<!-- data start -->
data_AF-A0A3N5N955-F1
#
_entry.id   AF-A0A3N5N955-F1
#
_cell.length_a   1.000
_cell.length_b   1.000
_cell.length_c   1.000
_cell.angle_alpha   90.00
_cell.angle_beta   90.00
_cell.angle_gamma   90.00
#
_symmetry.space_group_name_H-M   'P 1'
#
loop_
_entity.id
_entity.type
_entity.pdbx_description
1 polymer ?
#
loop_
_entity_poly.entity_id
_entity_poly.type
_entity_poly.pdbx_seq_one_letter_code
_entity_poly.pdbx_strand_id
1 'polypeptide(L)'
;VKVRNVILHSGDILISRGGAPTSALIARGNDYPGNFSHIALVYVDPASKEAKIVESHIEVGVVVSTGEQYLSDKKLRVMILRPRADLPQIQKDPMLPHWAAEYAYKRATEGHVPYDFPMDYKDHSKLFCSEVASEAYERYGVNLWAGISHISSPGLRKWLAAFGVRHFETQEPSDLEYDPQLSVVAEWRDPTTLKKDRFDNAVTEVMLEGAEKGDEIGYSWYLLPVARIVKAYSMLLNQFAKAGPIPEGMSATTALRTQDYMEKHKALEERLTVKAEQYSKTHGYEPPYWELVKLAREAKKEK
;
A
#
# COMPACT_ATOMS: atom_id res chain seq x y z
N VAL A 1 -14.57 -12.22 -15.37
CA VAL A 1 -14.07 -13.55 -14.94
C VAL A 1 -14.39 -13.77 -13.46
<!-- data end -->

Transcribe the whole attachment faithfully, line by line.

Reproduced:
data_AF-A0A3N5N955-F1
#
_entry.id   AF-A0A3N5N955-F1
#
_cell.length_a   1.000
_cell.length_b   1.000
_cell.length_c   1.000
_cell.angle_alpha   90.00
_cell.angle_beta   90.00
_cell.angle_gamma   90.00
#
_symmetry.space_group_name_H-M   'P 1'
#
loop_
_entity.id
_entity.type
_entity.pdbx_description
1 polymer ?
#
loop_
_entity_poly.entity_id
_entity_poly.type
_entity_poly.pdbx_seq_one_letter_code
_entity_poly.pdbx_strand_id
1 'polypeptide(L)'
;VKVRNVILHSGDILISRGGAPTSALIARGNDYPGNFSHIALVYVDPASKEAKIVESHIEVGVVVSTGEQYLSDKKLRVMILRPRADLPQIQKDPMLPHWAAEYAYKRATEGHVPYDFPMDYKDHSKLFCSEVASEAYERYGVNLWAGISHISSPGLRKWLAAFGVRHFETQEPSDLEYDPQLSVVAEWRDPTTLKKDRFDNAVTEVMLEGAEKGDEIGYSWYLLPVARIVKAYSMLLNQFAKAGPIPEGMSATTALRTQDYMEKHKALEERLTVKAEQYSKTHGYEPPYWELVKLAREAKKEK
;
A
#
# COMPACT_ATOMS: atom_id res chain seq x y z
N VAL A 1 -14.57 -12.22 -15.37
CA VAL A 1 -14.07 -13.55 -14.94
C VAL A 1 -14.39 -13.77 -13.46